Audience Forecasting and Campaign Pacing

Audience Forecasting and Campaign Pacing“In online advertising, how can I predict/forecast the traffic (number of requests) for a day ?
For a given day, I would like to get the estimated number of eligible impressions a campaign will have, in order to allocate my budget and implement a traffic based pacing algorithm.”
This question was asked on Quora, below is my answer.

The estimated number of eligible impressions, or audience forecasting or “avails” as they say in the industry, can be derived in several ways. I will illustrate two of the methods.

The long, but easy method

The easiest way to estimate your avails would be to just take a whole day’s worth of data and determine how many of your target users are in there. The problem with this method is that it can take a whole day. If you have a day to spare, this is a good way to go.

The short, but difficult method

For this to work you’ll need the total traffic available for some previous day, or week. You’ll want that data broken down by hour or maybe 15 minute interval. With more traffic, your breakdown can be smaller. For the sake of this example let’s look at an hourly breakdown and a single day’s worth of data. Read more

Disrupting the Bid in the RTB Auction

RTB Bid Keys

Your eyeballs are on the block, but they don’t always go to the highest bidder.

“In RTB, will the bid with the highest CPM always win? If not, what are the other factors?”

This question was asked on quora, below is my answer.

In a pure auction, the highest bid should always win. In many cases an RTB auction ends with this result, but not always. There are two or three things that will adjust the auction mechanics to give a lower bidder the impression. Most of the time a modified auction is at the behest of the publisher. Read more

Scotland – 5 Things I learned

I recently visited my ancestral homeland on holiday. It was the second leg of our trip, which also included Paris. My wife and I had beautiful weather (for Scotland) and spent a lot of time on the busy streets of Glasgow and Edinburgh. We also took a bus tour of the highlands, Loch Ness, and Glencoe.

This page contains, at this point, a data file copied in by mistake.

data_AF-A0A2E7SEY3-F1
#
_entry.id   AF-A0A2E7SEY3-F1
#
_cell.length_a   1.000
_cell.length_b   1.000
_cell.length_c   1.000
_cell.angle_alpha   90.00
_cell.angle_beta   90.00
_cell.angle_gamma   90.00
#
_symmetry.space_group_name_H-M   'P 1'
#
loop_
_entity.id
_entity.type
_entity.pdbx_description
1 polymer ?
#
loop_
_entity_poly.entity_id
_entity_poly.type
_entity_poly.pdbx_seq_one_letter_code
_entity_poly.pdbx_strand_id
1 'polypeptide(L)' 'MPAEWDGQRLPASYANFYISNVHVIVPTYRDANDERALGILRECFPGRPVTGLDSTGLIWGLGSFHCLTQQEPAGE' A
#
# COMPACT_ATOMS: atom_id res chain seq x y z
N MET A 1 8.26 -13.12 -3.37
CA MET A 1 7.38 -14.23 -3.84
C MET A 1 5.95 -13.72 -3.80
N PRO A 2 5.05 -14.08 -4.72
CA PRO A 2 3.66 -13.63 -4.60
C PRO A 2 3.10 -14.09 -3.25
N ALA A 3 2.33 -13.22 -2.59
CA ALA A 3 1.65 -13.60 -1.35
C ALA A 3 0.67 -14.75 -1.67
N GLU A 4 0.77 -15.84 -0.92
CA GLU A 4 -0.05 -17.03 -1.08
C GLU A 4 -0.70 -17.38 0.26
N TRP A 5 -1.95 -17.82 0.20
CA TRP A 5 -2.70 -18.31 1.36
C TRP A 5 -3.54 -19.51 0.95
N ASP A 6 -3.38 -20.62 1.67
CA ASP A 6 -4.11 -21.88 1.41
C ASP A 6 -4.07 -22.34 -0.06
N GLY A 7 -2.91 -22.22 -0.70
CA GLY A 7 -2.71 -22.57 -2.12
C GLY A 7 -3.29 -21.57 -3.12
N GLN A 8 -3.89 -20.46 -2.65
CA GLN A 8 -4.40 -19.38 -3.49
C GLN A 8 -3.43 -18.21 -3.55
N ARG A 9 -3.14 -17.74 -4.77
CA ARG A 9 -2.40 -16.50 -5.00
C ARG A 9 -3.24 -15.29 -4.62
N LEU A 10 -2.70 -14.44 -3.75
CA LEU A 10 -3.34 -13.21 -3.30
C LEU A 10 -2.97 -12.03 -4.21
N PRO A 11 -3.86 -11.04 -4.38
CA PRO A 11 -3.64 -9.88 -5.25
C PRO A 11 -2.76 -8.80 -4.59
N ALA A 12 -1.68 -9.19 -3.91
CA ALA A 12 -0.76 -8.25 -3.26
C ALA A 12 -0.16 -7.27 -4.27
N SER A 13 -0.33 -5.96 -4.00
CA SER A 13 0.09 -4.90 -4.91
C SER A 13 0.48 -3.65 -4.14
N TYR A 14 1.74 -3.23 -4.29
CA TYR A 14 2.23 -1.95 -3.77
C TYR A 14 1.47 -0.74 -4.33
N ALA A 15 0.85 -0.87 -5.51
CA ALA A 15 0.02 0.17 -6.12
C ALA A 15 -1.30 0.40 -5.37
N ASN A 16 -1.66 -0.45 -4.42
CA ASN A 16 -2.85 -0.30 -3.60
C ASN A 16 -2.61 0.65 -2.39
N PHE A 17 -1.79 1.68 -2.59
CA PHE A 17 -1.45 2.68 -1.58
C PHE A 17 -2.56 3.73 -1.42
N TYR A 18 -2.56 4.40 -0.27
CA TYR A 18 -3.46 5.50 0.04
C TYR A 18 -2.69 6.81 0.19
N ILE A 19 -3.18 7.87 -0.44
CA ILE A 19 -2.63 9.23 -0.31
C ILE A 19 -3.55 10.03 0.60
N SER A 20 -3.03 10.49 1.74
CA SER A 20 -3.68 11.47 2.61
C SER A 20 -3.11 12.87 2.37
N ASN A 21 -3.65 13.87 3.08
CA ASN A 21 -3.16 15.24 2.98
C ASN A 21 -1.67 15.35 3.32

1. Scots don’t know how to spell McEachran.

Some do, but most don’t. It’s as rare a name there as it is here in the States. There’s at least one semi-famous soccer (football) player with the name, but he’s playing for an English team.

Josh McEachran

Josh McEachran in October 2010, receiving advice from former Chelsea assistant manager (and guy with enormous head) Ray Wilkins

2. A lot of Scotland’s locals prefer Jack Daniels.

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Why I Built Scrypter

Scrypter LogoThe year was 2008. Social media was just ramping up. Twitter was an infant and people were still wondering why Google bought YouTube. MySpace was starting to wither under News Corp and Facebook was on the rise to supplant it. Read more

Digital Advertising Predictions for 2015

The marketing department at Signal asked several people at the company to make digital advertising predictions for 2015. With their blessing, I’m publishing my predictions right here. I also added a couple of additional topics at the bottom.

Advertising Predictions - 2015

The Ecosystem

2015 will be a big year for IPOs and consolidation. Startups will form in nascent categories, but not so much in established ones. Luma will produce a new set of Lumascapes to accommodate the rise of new categories. This is hardly a shocking prediction.

Cross-Channel

Cross-channel will be the rule in 2015. Companies with a single channel solution will be the exception (and the Dodo).

Programmatic

We’ll see the rise of the Meta-DSP where Agency systems will be plugging into DSP stacks via APIs. Smarter systems will be able to segment users across DSP buying systems and regain control of Frequency and Reach.

Native advertising

Native Normalization: Native ads will begin to follow responsive design techniques. “Standardized Native Ads” will become the biggest oxymoron of 2015. Native ad specifications are already working their way into the OpenRTB API Specification. The road to standardization is very short from that point on. Read more